Adam Sutherland - Fiddler returns with renewed vigour
There’s a coded memo to himself in the title of the book of tunes that Adam Sutherland will be launching as part of the Scots Fiddle Festival in Edinburgh’s twentieth anniversary celebrations this weekend. The book is Sutherland’s first and its “Volume One” status is intended to ensure that more tunes will be forthcoming as he emerges from a period of demotivation.
“I made my first solo CD, Squall, in 2013 and the intention at the time was to take that band and that music out on the road,” says the fiddler from Errogie on the south shore of Loch Ness. “Then other things took over, including Treacherous Orchestra, and I began to find that I was able to turn up for work, no problem, when I wasn’t the driving force but I couldn’t get going when it came to my own projects.”
Several things have enabled him to turn this situation around, one being the Nae Plans duo Sutherland formed with keyboards player, flautist and singer Hamish Napier and another being the more recent experience of working with Glasgow-based instrumental juggernaut Fat-Suit.
Sutherland was enlisted to play as part of an eight-piece string section for one night only on Fat-Suit’s launch gig for its latest album, Atlas, but he was elated, if also sometimes distracted, to be among a team of, as he says, “such mighty players”. Speaking almost a week after the event, he was still clearly buzzing from an experience that kept him on his toes musically.
This was also the aim in setting up Nae Plans where, as the name suggests, neither Sutherland nor Napier has a clue what they are going to play when they walk onto the stage.
“It’s like a pub session in a way,” he says. “You never go into that situation thinking, I wonder what we’ll play today. The running order just happens and it’s usually good fun and sociable, whereas when you add an audience with expectations to the equation it can be liberating yet also terrifying. We wanted to get away from the possibility of going out and playing the same repertoire in the same order every night and it can bring out the best in you as a player. It can also go horribly wrong but mostly we’ve come through unscathed.”
Not only is Sutherland launching a book of tunes as a result of his turnaround, he has set up his own travelling school of fiddle, which focuses on creativity, tune writing, technique and fun. Perhaps with the tune writing aspect of these workshops at the back of his mind, he has also entered a new phase of prolific composition.
One of his recent compositions, The Wizard, is dedicated to the recently departed Angus R Grant, fiddler with Shooglenifty, who along with sonic experimentalist Martyn Bennett arrived on the music scene just at the right time for Sutherland. One of a number of now prominent fiddle players, including Duncan Chisholm, Bruce MacGregor, Iain MacFarlane and Sarah-Jane Summers, who were taught by the late and inspirational Donald Riddell, Sutherland was a teenager whose interest in the fiddle was mocked by many of his peers until Grant made a telling intervention.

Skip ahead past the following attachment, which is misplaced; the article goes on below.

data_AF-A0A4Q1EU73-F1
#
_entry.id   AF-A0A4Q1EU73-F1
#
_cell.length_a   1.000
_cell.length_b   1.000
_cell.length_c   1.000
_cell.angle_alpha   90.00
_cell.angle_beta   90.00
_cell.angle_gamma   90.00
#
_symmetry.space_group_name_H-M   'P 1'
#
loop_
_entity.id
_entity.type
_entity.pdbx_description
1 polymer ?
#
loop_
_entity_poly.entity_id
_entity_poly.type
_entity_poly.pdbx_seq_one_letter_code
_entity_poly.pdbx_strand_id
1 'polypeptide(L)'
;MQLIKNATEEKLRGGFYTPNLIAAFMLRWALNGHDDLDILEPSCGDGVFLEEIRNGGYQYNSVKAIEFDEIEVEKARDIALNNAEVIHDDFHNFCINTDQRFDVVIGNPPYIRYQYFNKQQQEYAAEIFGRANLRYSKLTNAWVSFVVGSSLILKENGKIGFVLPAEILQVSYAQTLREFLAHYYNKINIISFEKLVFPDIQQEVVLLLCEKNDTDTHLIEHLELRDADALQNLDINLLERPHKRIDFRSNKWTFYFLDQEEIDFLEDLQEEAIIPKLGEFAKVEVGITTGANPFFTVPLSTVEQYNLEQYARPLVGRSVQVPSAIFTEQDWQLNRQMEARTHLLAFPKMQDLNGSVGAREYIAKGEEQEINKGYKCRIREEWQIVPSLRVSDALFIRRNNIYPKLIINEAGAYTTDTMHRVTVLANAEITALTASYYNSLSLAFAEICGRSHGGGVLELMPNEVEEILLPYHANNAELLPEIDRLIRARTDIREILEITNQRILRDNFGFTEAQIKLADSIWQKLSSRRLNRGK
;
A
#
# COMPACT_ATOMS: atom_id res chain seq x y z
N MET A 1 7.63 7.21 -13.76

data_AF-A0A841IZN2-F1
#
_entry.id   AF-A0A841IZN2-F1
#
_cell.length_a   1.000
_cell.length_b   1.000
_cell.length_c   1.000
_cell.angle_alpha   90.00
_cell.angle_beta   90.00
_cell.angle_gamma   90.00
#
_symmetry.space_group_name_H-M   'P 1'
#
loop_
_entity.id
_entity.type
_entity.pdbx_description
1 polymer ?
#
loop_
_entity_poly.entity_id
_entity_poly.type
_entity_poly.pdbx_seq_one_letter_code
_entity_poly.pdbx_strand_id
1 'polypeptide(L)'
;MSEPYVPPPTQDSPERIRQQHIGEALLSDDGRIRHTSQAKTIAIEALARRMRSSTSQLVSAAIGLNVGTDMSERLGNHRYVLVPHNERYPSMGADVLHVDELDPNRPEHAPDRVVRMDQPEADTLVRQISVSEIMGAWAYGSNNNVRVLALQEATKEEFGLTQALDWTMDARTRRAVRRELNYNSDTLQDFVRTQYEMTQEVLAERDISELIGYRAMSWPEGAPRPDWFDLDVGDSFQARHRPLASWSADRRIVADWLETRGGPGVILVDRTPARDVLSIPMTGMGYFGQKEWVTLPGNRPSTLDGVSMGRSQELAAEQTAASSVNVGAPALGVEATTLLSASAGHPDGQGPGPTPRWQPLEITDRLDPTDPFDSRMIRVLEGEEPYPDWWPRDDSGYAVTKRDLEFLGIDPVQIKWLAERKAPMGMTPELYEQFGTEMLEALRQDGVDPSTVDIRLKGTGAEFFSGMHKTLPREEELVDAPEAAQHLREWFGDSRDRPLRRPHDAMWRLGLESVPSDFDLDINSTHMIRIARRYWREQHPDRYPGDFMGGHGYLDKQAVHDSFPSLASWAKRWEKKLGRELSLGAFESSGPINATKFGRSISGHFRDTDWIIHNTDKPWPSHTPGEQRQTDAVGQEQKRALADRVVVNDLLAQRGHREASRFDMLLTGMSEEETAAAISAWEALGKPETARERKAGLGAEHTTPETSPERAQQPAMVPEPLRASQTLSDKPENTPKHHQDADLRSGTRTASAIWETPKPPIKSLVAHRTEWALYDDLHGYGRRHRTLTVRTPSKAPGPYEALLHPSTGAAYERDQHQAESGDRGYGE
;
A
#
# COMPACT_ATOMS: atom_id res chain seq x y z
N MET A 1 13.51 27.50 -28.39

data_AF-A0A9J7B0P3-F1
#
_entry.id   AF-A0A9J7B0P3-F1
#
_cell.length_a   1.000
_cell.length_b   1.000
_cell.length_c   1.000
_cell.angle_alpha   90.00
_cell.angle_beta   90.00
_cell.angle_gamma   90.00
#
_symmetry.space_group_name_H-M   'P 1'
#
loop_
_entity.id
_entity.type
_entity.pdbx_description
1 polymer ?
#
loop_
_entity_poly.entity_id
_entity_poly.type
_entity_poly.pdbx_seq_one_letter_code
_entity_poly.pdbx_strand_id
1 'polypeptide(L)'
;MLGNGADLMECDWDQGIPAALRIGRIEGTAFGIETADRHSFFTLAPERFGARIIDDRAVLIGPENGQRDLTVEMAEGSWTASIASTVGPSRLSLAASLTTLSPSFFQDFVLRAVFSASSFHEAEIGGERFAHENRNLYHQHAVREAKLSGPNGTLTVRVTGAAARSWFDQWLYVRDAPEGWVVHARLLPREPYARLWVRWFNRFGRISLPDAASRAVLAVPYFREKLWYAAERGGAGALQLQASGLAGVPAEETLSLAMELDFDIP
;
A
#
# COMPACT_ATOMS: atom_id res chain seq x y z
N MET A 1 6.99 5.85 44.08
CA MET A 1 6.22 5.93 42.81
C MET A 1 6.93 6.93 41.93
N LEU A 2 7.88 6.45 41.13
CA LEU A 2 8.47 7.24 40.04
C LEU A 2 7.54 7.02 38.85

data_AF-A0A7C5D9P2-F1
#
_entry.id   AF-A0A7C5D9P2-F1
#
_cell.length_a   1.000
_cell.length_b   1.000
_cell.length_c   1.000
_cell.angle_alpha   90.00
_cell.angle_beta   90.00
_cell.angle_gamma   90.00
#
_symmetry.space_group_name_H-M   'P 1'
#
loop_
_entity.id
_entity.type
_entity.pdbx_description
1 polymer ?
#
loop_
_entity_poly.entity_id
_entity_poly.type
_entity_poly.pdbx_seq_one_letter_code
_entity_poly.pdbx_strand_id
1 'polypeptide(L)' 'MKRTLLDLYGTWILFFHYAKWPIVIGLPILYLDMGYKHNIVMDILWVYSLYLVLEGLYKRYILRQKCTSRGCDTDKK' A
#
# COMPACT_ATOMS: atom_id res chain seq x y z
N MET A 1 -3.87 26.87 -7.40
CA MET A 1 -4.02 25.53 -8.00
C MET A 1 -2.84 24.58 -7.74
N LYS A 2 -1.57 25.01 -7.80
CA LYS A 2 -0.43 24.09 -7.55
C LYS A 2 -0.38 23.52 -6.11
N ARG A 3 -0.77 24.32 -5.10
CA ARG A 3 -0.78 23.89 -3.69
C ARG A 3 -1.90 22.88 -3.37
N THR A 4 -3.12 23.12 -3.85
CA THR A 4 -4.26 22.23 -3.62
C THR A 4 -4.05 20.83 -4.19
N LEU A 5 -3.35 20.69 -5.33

“When he died a lot of the obituaries mentioned that Angus had made playing the fiddle cool, and that’s absolutely right,” says Sutherland. “Shooglenifty and Martyn Bennett became beacons of hope and coolness for me, and everyone of my generation was a massive fan of Angus.”
Tunes come to Sutherland in various ways, sometimes unbidden and almost fully formed, but most recently they’ve had a habit of invading his dreams or arriving at that point in the sleep pattern when, he says, his mind offers them an empty vessel to float into and he has to wake up and grab his mobile phone.
“I have to record these ideas for fear of losing them, so I’ll sing them into my phone,” he says. “There are other times when I’ll sit and just make any noise at all with my fiddle and see what develops but melodies are my absolute favourite area of music.”
The melodies that made up Squall will be reactivated and developed further at the Scots Fiddle Festival when Sutherland and the band that recorded the album, with a couple of additions, headlines Sunday’s closing night concert. Drummer Iain Copeland, guitarist Marc Clement and bassist John Spiers will be joined by Hamish Napier (keys) and Glasgow-based American session percussionist Steve Forman as Sutherland appears at the festival under his own name for the first time.
“I was always aware from my teenage years onwards of the Scots Fiddle Festival being a big event on the calendar,” he says. “I’ve played on it with other groups, Session A9 for example, but to be chosen as a headliner, especially on its twentieth anniversary is a real honour, and I’m really looking forward to putting the Squall band back together, Blues Brothers-style.”
From The Herald, November 16, 2016